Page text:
Moustafa Ismail is an Egyptian bodybuilder who walks in the footsteps of Gregg Valentino by focusing his efforts almost entirely on his arms. Legs, those things we walk on? So overrated. Unfortunately, although he set a new world record with his biceps measuring an almost-alien 31 inches, he was later investigated for using less-than-natural means to achieve it. As a result, any mention of his record was quietly removed from the Guinness World Records' official website. Among bodybuilders, it's widely believed that he's a serious user of synthetic oils that artificially bulk his biceps, a claim that he denies. Either way, there's enough meat in those arms to keep a starving family full for several days, though if the rumors are true, the FDA probably wouldn't approve any of it for human consumption.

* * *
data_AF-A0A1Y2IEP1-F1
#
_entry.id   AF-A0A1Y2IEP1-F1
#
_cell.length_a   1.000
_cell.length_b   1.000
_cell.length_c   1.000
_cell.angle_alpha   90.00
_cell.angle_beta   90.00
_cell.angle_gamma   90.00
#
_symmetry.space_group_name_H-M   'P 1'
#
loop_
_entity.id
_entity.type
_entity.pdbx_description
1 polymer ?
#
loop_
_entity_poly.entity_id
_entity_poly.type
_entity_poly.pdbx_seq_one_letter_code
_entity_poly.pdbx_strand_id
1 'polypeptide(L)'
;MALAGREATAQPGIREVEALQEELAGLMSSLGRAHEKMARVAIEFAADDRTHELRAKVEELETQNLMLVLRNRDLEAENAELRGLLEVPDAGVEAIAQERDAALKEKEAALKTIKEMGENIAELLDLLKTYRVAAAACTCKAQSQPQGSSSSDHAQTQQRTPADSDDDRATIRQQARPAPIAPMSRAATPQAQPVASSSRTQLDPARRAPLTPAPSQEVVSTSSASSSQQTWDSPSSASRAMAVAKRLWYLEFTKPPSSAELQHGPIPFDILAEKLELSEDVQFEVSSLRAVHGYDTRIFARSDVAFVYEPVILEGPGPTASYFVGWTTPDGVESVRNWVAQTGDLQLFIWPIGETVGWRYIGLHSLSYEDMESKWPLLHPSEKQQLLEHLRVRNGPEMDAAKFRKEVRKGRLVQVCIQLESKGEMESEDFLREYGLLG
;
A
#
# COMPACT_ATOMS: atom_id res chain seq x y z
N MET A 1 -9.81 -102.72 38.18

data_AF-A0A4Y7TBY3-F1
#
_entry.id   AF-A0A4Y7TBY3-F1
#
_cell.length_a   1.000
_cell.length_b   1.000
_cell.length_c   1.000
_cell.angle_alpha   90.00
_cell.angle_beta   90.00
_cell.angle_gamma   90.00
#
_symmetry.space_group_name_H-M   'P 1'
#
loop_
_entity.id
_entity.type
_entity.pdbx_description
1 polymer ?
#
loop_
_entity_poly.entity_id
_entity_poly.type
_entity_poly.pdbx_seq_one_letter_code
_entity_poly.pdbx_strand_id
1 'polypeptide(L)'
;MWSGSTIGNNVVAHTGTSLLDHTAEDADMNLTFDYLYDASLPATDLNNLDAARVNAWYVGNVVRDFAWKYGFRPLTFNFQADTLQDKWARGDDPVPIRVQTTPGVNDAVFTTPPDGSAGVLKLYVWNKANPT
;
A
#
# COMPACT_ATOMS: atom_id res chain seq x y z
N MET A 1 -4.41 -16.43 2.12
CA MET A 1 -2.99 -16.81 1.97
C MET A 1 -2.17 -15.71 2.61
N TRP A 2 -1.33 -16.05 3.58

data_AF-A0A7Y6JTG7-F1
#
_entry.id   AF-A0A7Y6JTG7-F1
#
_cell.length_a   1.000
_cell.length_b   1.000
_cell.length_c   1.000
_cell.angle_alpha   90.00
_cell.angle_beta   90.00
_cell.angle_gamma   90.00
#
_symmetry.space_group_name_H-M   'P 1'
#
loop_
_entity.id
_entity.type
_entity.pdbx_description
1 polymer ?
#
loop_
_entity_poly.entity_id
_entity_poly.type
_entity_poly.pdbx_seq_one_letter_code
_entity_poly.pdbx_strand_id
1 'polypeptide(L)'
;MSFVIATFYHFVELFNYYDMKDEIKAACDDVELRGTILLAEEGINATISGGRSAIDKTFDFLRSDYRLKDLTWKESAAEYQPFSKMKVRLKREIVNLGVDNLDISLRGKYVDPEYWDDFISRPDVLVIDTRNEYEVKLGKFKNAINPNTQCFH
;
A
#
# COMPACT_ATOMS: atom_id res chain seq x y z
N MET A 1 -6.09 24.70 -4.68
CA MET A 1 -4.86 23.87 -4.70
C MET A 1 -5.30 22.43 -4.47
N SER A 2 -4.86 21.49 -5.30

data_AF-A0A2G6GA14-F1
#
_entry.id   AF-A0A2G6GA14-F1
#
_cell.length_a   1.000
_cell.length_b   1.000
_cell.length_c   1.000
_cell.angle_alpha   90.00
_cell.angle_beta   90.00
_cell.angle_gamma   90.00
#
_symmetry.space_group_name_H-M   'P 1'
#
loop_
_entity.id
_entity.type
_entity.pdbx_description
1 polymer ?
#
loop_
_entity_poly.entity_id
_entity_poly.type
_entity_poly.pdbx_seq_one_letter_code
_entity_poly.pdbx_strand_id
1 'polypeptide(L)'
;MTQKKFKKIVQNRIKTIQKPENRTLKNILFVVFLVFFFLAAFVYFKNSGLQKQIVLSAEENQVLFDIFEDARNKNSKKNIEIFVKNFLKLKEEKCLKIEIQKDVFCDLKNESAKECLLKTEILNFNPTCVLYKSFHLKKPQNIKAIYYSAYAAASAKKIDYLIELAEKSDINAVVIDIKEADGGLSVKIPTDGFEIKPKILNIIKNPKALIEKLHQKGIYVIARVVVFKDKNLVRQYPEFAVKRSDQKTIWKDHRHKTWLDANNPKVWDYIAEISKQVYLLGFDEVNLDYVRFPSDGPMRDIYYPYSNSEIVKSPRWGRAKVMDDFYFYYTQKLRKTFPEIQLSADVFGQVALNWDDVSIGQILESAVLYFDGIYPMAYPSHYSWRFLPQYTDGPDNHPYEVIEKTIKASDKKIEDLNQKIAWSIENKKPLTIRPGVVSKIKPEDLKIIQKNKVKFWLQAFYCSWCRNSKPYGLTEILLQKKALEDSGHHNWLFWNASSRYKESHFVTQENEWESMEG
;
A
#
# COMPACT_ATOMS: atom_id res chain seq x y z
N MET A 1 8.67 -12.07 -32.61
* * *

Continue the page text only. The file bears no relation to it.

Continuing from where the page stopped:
Romario dos Santos Alves

Romario dos Santos Alves could be described as a bodybuilder, though like with Moustafa Ismail it's not really a case of building anything, so much as blowing up a balloon. That's because, instead of spending untold hours lifting weights and chugging protein shakes, Romario dos Santos Alves just injects his muscles with "synthol," a special oil that artificially enlarges them.

Unfortunately for the wannabe human Hulk, his addiction to artificial muscles has come with a not-totally-surprising price tag—his health. Alves's addiction was starting to cause him pain, and toxins from the oils were putting his kidneys at risk, but despite what would be an obvious red flag to anybody else, Alves ignored the fact that his muscles were becoming too hard to inject using regular needles. Instead of calling it quits, he went out and bought veterinary needles — the kind they use on bulls — and kept right on pumping. Eventually his muscles became so hard, and the pain so unbearable, that doctors warned the only option left might be the amputation of both arms.